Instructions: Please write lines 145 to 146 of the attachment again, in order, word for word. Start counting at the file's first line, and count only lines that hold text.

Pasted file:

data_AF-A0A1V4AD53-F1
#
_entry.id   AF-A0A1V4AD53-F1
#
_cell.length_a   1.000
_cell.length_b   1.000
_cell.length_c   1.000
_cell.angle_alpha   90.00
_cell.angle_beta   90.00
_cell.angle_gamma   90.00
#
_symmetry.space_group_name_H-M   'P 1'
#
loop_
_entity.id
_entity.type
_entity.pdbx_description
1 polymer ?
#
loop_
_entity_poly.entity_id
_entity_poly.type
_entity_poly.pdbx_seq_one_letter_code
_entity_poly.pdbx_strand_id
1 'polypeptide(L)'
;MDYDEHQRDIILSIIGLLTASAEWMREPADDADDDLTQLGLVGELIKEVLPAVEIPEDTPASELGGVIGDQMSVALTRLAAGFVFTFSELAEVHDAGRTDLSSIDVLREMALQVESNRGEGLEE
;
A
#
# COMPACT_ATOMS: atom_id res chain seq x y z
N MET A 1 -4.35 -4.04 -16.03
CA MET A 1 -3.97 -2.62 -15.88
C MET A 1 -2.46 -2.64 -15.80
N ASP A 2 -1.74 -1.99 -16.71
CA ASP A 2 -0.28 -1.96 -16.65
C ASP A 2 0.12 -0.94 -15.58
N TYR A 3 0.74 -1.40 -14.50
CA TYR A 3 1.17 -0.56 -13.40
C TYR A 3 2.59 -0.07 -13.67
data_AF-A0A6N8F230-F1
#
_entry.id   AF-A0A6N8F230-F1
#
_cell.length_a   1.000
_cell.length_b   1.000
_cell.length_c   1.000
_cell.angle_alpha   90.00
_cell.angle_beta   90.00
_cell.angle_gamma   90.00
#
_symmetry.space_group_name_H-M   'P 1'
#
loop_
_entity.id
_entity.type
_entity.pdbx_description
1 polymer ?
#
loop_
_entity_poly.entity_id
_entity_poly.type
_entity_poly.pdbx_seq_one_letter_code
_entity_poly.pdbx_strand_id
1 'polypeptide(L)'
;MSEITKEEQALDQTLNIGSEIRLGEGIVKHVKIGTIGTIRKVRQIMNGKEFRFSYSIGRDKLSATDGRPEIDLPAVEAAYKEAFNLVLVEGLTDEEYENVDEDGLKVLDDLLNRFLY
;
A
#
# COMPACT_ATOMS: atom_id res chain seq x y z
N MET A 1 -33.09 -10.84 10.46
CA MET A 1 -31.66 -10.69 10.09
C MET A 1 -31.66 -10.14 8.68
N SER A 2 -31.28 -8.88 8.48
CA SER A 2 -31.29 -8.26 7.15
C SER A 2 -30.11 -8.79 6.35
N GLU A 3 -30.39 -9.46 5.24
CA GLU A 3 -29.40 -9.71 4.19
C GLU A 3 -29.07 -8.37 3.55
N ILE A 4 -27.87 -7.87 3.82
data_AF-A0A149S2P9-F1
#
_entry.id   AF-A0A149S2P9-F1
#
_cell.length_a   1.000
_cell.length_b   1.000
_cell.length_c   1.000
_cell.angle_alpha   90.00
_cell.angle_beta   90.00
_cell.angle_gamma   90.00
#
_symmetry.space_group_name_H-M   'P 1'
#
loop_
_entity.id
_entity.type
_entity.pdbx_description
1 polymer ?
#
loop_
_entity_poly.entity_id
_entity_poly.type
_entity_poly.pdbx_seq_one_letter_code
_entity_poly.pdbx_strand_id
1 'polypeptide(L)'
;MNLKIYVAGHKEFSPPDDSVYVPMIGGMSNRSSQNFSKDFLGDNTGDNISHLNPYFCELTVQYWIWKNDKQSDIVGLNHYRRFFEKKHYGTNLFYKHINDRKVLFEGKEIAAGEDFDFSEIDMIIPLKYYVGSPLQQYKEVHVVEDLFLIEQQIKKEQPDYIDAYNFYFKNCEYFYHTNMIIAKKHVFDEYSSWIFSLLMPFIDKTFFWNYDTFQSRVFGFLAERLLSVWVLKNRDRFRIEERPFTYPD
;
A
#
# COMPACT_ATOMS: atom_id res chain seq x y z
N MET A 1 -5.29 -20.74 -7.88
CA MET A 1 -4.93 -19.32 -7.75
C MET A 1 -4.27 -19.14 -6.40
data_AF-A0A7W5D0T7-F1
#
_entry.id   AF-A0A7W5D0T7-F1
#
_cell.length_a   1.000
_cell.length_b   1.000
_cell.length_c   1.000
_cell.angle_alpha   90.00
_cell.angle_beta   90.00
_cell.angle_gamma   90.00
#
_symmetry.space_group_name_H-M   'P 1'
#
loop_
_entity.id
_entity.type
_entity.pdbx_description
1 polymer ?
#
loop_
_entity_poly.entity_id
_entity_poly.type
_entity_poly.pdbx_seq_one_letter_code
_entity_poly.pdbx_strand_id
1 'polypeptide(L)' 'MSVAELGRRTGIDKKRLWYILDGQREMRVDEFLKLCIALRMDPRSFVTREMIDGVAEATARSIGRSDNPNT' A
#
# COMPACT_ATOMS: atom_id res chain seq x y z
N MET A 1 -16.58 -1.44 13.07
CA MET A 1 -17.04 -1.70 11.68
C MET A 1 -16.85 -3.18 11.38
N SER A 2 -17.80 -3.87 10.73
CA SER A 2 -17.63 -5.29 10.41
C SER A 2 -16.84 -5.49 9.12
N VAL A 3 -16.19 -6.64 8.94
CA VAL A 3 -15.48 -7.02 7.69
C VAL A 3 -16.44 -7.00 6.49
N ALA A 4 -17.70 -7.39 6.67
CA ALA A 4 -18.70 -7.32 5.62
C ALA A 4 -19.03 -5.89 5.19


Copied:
C SER A 2 -16.84 -5.49 9.12
N VAL A 3 -16.19 -6.64 8.94